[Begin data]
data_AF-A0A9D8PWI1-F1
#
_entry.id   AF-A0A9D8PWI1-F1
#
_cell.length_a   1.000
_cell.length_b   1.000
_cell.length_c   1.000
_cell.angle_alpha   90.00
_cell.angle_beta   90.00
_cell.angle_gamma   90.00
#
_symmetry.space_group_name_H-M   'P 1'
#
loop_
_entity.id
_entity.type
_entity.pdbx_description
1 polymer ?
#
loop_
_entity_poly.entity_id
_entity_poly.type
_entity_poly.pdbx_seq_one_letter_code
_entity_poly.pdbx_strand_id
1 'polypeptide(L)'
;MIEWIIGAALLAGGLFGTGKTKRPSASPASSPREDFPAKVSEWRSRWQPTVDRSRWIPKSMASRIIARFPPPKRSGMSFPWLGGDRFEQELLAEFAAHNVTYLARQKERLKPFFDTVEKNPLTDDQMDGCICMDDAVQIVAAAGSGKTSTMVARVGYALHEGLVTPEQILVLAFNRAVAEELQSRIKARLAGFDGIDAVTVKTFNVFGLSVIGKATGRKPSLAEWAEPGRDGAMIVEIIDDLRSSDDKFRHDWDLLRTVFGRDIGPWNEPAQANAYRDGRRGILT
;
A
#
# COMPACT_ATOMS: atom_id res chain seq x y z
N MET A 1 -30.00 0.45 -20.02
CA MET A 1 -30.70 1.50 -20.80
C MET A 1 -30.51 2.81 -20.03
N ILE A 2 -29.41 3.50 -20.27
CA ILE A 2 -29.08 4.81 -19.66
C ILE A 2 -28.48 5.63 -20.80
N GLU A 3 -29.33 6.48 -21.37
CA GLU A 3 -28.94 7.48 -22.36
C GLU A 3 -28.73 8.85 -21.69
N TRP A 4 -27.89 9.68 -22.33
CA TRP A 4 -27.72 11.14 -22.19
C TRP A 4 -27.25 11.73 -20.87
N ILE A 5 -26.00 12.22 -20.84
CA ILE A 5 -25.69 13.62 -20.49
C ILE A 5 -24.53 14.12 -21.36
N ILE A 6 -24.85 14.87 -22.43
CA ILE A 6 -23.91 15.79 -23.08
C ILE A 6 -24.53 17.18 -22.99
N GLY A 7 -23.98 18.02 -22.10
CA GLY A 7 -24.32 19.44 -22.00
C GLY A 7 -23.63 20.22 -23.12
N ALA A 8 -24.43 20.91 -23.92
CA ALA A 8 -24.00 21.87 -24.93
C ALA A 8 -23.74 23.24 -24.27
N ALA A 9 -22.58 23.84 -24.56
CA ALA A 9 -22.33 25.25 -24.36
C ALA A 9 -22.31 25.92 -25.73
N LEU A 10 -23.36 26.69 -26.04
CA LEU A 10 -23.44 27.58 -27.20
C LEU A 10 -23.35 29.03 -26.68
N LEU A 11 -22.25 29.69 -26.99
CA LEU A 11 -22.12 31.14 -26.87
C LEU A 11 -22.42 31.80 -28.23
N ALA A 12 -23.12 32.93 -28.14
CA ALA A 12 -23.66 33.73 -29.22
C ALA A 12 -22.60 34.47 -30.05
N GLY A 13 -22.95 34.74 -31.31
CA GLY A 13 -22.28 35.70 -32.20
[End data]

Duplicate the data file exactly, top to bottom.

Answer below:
data_AF-A0A9D8PWI1-F1
#
_entry.id   AF-A0A9D8PWI1-F1
#
_cell.length_a   1.000
_cell.length_b   1.000
_cell.length_c   1.000
_cell.angle_alpha   90.00
_cell.angle_beta   90.00
_cell.angle_gamma   90.00
#
_symmetry.space_group_name_H-M   'P 1'
#
loop_
_entity.id
_entity.type
_entity.pdbx_description
1 polymer ?
#
loop_
_entity_poly.entity_id
_entity_poly.type
_entity_poly.pdbx_seq_one_letter_code
_entity_poly.pdbx_strand_id
1 'polypeptide(L)'
;MIEWIIGAALLAGGLFGTGKTKRPSASPASSPREDFPAKVSEWRSRWQPTVDRSRWIPKSMASRIIARFPPPKRSGMSFPWLGGDRFEQELLAEFAAHNVTYLARQKERLKPFFDTVEKNPLTDDQMDGCICMDDAVQIVAAAGSGKTSTMVARVGYALHEGLVTPEQILVLAFNRAVAEELQSRIKARLAGFDGIDAVTVKTFNVFGLSVIGKATGRKPSLAEWAEPGRDGAMIVEIIDDLRSSDDKFRHDWDLLRTVFGRDIGPWNEPAQANAYRDGRRGILT
;
A
#
# COMPACT_ATOMS: atom_id res chain seq x y z
N MET A 1 -30.00 0.45 -20.02
CA MET A 1 -30.70 1.50 -20.80
C MET A 1 -30.51 2.81 -20.03
N ILE A 2 -29.41 3.50 -20.27
CA ILE A 2 -29.08 4.81 -19.66
C ILE A 2 -28.48 5.63 -20.80
N GLU A 3 -29.33 6.48 -21.37
CA GLU A 3 -28.94 7.48 -22.36
C GLU A 3 -28.73 8.85 -21.69
N TRP A 4 -27.89 9.68 -22.33
CA TRP A 4 -27.72 11.14 -22.19
C TRP A 4 -27.25 11.73 -20.87
N ILE A 5 -26.00 12.22 -20.84
CA ILE A 5 -25.69 13.62 -20.49
C ILE A 5 -24.53 14.12 -21.36
N ILE A 6 -24.85 14.87 -22.43
CA ILE A 6 -23.91 15.79 -23.08
C ILE A 6 -24.53 17.18 -22.99
N GLY A 7 -23.98 18.02 -22.10
CA GLY A 7 -24.32 19.44 -22.00
C GLY A 7 -23.63 20.22 -23.12
N ALA A 8 -24.43 20.91 -23.92
CA ALA A 8 -24.00 21.87 -24.93
C ALA A 8 -23.74 23.24 -24.27
N ALA A 9 -22.58 23.84 -24.56
CA ALA A 9 -22.33 25.25 -24.36
C ALA A 9 -22.31 25.92 -25.73
N LEU A 10 -23.36 26.69 -26.04
CA LEU A 10 -23.44 27.58 -27.20
C LEU A 10 -23.35 29.03 -26.68
N LEU A 11 -22.25 29.69 -26.99
CA LEU A 11 -22.12 31.14 -26.87
C LEU A 11 -22.42 31.80 -28.23
N ALA A 12 -23.12 32.93 -28.14
CA ALA A 12 -23.66 33.73 -29.22
C ALA A 12 -22.60 34.47 -30.05
N GLY A 13 -22.95 34.74 -31.31
CA GLY A 13 -22.28 35.70 -32.20